• Focus on self-concept and self-efficacy  – The therapist should employ techniques to assist the client improve feelings of control, self-concept, and self-efficacy by giving them activities at the “just right” challenge, challenge destructive thinking patterns, and discussing how to balance the expectations of others and their own needs.
  • Employment modifications – Provide the client with resources to advocate for their needs on the job.  Propose ways for a client to manage employment within their limits – for example, requesting flexible schedules, limit tasks that require  endurance, and schedule rest breaks throughout the day.

Equipment – OTs will likely be involved in the process of obtaining or adjusting equipment necessary to improve mobility and/or recommending adaptive equipment and environmental controls that improve independence.

  • Wheelchairs – this would include recommending the right type of wheelchair, the right type of adaptations, and training in how to use the mobility device within the client’s current context.
  • Adaptive equipment – this can include anything from adapted utensils to personal digital assistants  to compensate for cognitive loss (Forwell, Hugos, Copperman, & Ghahari, 2013).
  • Environmental controls – higher end items that make life a little easier thanks to the power of technology. Abledata is a great resource for these!

Interventions for spasticity

  • Stretching -make sure that you encourage low repititions with an extended hold pattern
  • Adapted dressing techniques – for example, using a stool to maintain hip flexion
  • Resting splints

Positioning techniques to reduce the impact of tremor and ataxia

Finally, this is a great handout from the MS Society.  It would be a great handout to download, discuss with, and distribute to your clients with MS.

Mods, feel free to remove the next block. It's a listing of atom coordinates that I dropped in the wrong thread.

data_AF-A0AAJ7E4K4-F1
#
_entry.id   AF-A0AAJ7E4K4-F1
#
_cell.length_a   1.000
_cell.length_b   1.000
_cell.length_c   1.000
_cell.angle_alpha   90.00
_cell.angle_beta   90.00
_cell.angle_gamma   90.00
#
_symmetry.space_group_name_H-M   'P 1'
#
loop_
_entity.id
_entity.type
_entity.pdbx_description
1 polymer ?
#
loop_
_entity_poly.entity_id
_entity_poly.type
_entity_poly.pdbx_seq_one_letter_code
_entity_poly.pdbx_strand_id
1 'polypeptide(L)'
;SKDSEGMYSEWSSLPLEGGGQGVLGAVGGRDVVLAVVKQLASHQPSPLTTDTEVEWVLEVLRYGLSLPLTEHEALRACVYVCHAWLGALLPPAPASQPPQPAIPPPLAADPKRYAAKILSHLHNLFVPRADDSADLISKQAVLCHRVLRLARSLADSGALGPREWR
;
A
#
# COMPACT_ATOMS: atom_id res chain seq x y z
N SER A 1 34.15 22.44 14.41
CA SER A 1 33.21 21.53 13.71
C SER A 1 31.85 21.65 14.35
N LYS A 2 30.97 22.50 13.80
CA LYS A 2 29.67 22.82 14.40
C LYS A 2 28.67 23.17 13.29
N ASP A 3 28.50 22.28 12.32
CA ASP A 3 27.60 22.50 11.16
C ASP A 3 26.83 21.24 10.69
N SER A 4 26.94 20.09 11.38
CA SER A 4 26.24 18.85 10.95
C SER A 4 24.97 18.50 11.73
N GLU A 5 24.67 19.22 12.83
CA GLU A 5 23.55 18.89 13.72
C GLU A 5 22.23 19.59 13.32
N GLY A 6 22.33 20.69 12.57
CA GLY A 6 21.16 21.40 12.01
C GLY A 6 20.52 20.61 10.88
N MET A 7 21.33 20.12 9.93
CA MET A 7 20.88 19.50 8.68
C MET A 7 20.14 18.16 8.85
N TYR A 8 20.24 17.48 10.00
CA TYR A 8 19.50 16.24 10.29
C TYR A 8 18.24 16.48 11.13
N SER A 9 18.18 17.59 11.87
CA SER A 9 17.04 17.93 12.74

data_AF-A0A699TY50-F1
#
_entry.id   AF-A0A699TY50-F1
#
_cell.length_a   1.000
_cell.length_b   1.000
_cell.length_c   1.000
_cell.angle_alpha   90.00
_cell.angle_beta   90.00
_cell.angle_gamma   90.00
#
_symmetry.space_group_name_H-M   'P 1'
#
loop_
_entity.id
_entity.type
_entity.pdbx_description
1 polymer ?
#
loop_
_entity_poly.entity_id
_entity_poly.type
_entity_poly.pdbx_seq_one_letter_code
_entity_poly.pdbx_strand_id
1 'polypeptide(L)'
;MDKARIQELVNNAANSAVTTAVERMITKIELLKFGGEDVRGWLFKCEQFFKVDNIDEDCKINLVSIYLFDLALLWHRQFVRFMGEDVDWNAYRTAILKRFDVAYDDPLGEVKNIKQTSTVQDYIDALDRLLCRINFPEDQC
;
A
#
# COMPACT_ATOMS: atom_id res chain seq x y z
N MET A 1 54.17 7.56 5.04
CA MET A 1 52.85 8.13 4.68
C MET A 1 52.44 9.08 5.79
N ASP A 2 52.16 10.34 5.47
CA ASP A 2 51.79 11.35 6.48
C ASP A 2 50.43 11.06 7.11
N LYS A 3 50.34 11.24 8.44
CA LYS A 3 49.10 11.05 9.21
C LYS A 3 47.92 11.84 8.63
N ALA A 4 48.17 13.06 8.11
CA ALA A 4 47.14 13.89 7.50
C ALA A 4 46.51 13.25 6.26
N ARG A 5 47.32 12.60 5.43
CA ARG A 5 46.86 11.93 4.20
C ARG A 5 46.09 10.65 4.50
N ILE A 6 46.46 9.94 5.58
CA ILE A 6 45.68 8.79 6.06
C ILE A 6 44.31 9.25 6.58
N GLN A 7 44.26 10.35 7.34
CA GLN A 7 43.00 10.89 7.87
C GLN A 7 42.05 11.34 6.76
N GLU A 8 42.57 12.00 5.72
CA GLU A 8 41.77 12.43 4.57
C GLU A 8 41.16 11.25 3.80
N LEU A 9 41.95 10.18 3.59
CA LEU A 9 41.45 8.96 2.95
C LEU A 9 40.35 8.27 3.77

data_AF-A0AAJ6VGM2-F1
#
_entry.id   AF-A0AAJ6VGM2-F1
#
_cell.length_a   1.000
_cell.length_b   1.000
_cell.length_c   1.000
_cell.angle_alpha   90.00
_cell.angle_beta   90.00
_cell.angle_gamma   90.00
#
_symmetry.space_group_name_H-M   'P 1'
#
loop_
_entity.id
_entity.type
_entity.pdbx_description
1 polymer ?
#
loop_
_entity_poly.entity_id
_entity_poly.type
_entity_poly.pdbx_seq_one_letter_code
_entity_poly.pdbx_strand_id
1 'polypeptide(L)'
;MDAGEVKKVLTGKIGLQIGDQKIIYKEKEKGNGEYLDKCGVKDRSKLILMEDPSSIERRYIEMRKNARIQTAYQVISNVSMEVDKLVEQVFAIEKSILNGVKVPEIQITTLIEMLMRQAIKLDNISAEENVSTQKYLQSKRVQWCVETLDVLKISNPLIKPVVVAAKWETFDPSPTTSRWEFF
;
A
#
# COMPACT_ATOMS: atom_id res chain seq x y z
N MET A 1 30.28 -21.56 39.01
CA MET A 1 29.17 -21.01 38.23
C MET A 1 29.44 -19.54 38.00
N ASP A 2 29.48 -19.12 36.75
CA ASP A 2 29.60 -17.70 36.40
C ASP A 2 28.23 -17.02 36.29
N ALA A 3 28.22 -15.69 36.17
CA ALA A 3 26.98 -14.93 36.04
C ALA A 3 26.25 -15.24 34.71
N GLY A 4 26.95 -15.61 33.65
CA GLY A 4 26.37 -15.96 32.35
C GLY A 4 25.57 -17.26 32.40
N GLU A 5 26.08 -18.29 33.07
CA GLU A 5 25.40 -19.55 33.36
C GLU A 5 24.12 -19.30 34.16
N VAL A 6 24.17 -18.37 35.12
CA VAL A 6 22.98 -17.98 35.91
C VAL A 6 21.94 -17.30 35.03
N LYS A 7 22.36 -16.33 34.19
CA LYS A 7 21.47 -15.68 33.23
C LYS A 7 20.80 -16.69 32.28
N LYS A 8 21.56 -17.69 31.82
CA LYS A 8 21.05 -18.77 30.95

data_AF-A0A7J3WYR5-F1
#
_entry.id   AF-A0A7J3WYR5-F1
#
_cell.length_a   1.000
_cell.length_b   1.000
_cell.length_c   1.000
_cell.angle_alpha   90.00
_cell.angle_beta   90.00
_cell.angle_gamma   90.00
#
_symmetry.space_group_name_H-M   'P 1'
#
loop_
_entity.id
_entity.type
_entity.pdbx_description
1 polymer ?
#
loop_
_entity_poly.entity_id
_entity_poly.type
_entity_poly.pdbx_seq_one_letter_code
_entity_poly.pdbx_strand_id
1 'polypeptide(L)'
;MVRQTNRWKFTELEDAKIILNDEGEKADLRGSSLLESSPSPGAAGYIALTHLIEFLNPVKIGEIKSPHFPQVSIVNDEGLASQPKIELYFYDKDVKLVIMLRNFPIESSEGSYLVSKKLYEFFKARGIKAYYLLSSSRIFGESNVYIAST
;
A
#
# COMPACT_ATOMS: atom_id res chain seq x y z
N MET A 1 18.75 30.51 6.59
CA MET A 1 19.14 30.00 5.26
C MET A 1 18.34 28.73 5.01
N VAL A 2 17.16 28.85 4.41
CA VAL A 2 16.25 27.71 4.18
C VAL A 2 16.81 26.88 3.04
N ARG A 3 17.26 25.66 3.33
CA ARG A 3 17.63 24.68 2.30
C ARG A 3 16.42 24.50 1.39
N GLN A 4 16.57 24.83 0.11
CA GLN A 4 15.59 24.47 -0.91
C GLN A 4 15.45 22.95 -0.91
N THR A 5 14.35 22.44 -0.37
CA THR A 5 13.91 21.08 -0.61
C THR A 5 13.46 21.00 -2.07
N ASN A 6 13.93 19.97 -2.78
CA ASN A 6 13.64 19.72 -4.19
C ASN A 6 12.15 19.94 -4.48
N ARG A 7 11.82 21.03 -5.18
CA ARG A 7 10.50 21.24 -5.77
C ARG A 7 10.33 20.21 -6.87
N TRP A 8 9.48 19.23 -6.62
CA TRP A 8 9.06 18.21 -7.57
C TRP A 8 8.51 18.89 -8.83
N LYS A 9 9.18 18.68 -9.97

Hope this helps!! Please share and feel free to leave comments!!!  You can follow me @KarenKeptnerOT, too!



Forwell, S.J., Hugos, L., Copperman, L.F., & Ghahari, S.(2013). Neurodegenerative Diseases. In Mary Vining Radomski and Catherine A. Trombly Latham (Eds.), Occupational Therapy for Physical Dysfunction (7th ed.) (1079-1088).  Baltimore, MD:  Lippincott Williams, and Wilkins.

Kos, D.,  Marijke, D., Meirte, J., Meeus, M., D’hooghe, M.B., Nagels, G., Willekens, B., Meurrens, T., Illsbroukx, S., & Nijs, J. (2016).  The effectiveness of a self-management occupational therapy intervention on activity performance in individuals with multiple sclerosis-related fatigue:  A randomized-controlled trial.  International Journal of Rehabilitation Research, 39, 255–262.

Yu, C.-H., & Mathiowetz, V. (2014a). Systematic review of occupational therapy–related interventions for people with multiple sclerosis: Part 1. Activity and participation. American Journal of Occupational Therapy, 68, 27–32. http://dx.doi.org/10.5014/ajot.2014.008672

Yu, C.-H., & Mathiowetz, V. (2014b). Systematic review of occupational therapy–related interventions for people with multiple sclerosis: Part 2. Impairment. American Journal of Occupational Therapy, 68, 33–38. http://dx.doi.org/10.5014/ajot.2014.008680